EL CAPITANO PASSAGE

We anchored overnight in Marble Bay, where there is a mine, marble I guess.  The day started flat calm and the sun shone.  The air was cool but by nine in the morning it was warm enough for shorts and t shirt.  Taking advantage of the warmth I opened up the boat, all hatches, carpet and bedding out in the sun, a good cleaning and airing and now everything is fresh again.

Prince of Wales Island.
Prince of Wales Island.

Also did a bake, had fresh bread with cheese for lunch, sitting in the cockpit, with a Lighthouse Special Bitter Ale.  Perfect.

Today was an afternoon sailing to transit El Capitano Passage.  This passage is little known and has a seven foot depth for a twenty meter width.  It seems a lot less than twenty meters wide but its well-marked, we transited at high tide so there was plenty of water.

Along the passage are numerous bays and islands with Sea Otters and Eagles everywhere.  We were the only vessel in the passage and I only saw one other boat, a fishing vessel, all day.  I really enjoyed this passage, a very beautiful and magical place, its one of the highlights of the voyage so far.

El Capitano Passage, Dry Pass. Feels less than 20m wide. Photo Ray Penson
El Capitano Passage, Dry Pass. Feels less than 20m wide. Photo Ray Penson

It was another motoring day, what little wind there was came from ahead.  This evening we have anchored in Sarker Cove, off a long abandoned gold mining town called Deweyville.  From the boat I can’t see much of the town, just a couple of rotten huts.  I will explore further in the morning.

Deweyville Anchorage where I hooked a wire. Photo Ray Penson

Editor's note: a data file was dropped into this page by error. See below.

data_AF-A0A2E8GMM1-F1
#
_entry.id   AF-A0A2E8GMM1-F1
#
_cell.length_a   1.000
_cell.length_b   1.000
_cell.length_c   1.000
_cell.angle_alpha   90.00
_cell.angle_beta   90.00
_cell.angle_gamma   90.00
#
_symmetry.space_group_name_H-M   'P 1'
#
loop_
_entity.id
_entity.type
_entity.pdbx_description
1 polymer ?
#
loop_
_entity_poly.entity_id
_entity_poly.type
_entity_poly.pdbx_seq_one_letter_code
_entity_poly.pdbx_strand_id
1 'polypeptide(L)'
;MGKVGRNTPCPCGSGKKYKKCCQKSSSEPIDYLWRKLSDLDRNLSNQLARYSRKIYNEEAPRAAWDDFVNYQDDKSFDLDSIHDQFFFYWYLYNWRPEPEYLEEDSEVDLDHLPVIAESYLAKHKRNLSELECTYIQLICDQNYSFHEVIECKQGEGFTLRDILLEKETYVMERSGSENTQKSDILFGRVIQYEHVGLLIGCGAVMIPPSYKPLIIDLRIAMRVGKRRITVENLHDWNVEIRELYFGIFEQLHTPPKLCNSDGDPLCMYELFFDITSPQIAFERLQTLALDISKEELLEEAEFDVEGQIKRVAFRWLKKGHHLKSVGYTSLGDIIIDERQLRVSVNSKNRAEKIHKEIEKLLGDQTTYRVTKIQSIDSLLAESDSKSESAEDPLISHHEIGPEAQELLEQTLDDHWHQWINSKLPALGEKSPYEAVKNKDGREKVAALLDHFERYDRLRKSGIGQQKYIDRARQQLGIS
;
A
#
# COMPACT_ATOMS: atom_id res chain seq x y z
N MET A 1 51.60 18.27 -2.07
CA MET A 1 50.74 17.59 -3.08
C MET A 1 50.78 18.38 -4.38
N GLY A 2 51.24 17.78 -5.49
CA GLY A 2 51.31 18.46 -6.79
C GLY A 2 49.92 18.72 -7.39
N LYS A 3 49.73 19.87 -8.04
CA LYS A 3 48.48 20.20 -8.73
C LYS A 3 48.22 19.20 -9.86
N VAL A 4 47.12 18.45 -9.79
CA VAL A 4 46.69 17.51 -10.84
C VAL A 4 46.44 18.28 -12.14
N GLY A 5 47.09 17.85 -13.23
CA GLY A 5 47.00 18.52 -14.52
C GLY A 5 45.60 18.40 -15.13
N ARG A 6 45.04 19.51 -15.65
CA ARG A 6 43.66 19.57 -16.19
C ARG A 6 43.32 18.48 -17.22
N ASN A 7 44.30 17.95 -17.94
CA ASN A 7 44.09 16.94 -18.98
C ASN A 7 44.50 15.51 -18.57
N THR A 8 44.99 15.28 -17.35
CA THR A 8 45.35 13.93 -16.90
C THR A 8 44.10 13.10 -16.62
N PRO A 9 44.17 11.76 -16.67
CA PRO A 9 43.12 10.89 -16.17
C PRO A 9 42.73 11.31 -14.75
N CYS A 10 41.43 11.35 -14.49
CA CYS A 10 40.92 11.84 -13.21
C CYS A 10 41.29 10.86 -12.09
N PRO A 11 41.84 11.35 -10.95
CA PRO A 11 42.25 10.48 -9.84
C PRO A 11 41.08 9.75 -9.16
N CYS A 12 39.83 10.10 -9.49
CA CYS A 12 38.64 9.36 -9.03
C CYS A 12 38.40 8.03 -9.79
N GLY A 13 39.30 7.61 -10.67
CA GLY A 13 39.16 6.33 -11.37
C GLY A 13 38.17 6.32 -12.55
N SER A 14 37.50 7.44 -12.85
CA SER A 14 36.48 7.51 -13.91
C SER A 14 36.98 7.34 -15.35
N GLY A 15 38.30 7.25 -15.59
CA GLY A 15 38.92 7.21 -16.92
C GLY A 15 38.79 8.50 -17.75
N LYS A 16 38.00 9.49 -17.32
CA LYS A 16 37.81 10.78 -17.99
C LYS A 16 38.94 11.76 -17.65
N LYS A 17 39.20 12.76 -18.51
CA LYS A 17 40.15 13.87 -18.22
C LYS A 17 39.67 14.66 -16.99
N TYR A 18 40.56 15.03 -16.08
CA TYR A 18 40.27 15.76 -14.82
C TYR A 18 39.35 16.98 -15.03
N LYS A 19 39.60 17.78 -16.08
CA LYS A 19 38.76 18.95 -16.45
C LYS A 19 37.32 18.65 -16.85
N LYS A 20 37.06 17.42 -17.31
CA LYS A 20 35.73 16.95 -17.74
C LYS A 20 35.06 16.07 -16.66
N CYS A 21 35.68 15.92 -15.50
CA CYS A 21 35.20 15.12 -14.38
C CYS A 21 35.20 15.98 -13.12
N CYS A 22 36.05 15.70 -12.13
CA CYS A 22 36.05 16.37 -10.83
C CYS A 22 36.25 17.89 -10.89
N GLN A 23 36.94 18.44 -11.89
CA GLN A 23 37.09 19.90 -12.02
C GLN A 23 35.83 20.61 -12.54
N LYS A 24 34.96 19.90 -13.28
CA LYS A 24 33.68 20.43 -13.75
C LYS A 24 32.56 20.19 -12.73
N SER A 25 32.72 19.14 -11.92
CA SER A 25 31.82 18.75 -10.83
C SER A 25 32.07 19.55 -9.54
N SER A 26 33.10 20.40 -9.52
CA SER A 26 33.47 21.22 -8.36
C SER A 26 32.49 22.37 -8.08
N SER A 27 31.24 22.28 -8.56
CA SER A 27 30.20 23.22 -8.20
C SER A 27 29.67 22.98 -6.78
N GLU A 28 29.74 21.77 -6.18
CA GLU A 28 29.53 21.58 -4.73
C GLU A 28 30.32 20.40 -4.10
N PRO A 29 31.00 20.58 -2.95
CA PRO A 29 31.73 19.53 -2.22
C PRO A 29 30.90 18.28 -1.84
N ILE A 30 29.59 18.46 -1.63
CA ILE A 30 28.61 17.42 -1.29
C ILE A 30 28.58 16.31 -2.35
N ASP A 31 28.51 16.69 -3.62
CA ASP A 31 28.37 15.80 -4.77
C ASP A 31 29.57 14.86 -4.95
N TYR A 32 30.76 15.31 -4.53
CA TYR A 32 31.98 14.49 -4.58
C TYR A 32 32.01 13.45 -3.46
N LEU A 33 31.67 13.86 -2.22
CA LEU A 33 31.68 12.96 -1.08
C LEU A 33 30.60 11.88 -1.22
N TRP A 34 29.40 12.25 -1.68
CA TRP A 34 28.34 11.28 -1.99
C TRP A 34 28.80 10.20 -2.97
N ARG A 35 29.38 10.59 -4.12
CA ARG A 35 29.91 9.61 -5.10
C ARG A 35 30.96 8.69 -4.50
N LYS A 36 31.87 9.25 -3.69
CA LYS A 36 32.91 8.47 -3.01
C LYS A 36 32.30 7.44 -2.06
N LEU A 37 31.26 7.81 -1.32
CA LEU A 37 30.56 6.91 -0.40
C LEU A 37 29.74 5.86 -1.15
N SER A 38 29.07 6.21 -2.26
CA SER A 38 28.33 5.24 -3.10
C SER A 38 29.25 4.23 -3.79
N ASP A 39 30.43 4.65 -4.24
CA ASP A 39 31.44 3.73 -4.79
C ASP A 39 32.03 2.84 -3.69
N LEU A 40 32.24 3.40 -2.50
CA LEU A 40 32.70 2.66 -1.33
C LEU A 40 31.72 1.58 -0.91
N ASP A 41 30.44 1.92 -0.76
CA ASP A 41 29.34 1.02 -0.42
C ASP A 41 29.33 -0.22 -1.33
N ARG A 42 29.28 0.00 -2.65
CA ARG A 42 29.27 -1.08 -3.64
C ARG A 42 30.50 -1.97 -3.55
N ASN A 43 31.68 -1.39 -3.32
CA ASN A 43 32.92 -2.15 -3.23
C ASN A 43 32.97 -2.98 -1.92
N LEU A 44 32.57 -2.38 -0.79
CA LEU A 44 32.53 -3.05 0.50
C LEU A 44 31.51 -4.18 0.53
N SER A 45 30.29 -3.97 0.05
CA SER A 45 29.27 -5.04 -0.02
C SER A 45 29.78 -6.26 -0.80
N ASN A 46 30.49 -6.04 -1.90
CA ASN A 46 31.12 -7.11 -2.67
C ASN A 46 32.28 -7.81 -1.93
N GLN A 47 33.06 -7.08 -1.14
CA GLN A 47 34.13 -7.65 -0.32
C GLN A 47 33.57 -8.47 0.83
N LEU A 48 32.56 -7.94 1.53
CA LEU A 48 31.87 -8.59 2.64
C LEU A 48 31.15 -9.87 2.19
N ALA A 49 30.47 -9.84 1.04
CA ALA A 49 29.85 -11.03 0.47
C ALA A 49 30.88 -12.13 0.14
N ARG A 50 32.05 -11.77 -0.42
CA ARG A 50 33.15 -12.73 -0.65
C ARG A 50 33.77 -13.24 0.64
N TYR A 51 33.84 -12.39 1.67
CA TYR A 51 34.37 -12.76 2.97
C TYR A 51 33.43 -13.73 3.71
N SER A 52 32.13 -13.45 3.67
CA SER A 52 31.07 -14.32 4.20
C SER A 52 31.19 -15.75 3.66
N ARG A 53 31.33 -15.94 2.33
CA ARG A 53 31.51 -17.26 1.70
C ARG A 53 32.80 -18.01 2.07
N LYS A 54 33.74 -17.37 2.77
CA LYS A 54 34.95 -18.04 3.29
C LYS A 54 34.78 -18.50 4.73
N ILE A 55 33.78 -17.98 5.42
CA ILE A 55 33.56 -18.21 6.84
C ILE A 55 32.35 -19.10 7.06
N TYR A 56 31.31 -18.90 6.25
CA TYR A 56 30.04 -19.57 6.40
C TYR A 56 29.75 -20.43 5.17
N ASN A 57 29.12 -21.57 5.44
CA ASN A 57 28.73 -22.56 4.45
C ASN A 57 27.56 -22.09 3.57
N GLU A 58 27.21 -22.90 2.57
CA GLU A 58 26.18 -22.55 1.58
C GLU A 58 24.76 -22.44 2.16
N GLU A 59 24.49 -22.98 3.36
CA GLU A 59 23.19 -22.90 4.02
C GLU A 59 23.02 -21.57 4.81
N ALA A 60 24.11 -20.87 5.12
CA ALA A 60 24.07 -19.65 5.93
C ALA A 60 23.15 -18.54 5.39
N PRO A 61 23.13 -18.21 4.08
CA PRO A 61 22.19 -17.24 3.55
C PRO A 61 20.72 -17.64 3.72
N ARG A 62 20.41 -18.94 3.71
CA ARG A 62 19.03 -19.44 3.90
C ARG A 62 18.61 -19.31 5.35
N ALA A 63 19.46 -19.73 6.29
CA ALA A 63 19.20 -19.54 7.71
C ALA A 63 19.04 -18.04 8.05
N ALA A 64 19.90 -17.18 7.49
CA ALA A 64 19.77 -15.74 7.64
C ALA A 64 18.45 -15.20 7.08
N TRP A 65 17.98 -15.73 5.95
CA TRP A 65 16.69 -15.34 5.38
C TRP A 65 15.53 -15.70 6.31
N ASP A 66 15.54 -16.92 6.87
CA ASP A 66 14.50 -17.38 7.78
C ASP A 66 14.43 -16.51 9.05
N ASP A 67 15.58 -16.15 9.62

Deweyville Anchorage where I hooked a wire. Photo Ray Penson

When coming into the anchorage I was just about to anchor when there was a great commotion just astern.  A seal had got a fish on the surface and an eagle was trying to get it.  I am not sure who got the fish first, the Eagle I suspect.  Whatever, the seal won the prize and the eagle took off and perched in his tree just astern of where we anchored.

There are deer on the edge of the trees, they come out and munch on the grass by the shoreline and then retreat back into the woods.  I saw them doing the same thing in the early evening in Red Bay a few days ago.  Total voyage distance 904.3 miles.

Logged 8th June 2016

WATCHING SEA OTTERS

Wonderful sparkling clear and calm weather today, perfect for motor boating.  This morning we shot out of Red Bay at ten knots with the outgoing tide and into Sumner Strait.  We carried the tide down to Port Protection where I tied up to a public float.

West Coast Prince of Wales Island. Photo Ray Penson
West Coast Prince of Wales Island. Photo Ray Penson

Port protection is a small place, just a base for fishing really.  The harbour is well protected and the name was given after the Chatham and Discovery sheltered there from a severe storm in Sumner strait.  I was invited to have a beer with the fishing guys but declined as I needed to get a bit further down the track today.  Drinking with fishing guys would have led to another night tied up.

On leaving Port protection we headed south down Sumner Strait towards El Capitan Passage.  I know this is the wrong direction for Glacier Bay but I have time, the Glacier Bay permit starts on the 9th July.  This part of Alaska is not on the inside passage route and not that well visited so worth a look.  I don’t quite know how I am going to get back north yet; I expect the weather will have a say.

Sea Otters banding together in Prince William Sound near Whittier, Alaska Image credit. secure.defenders.org
Sea Otters banding together in Prince William Sound near Whittier, Alaska
Image credit. secure.defenders.org

Since starting the voyage I have been on the lookout for Sea Otters.  Today I saw the first ones and they were everywhere.  They are really interesting to watch and don’t seem at all frightened of humans.  I had three by the boat playing around, floating on their backs while cracking sea urchins on their chests.

They are very cheeky characters and much bigger close up than I expected.  I had a whale surface quite close in front of the boat this afternoon, I thought about slowing down but at five knots we are pretty slow anyway.  Total voyage distance 883.4 miles.

Logged 7th June 2016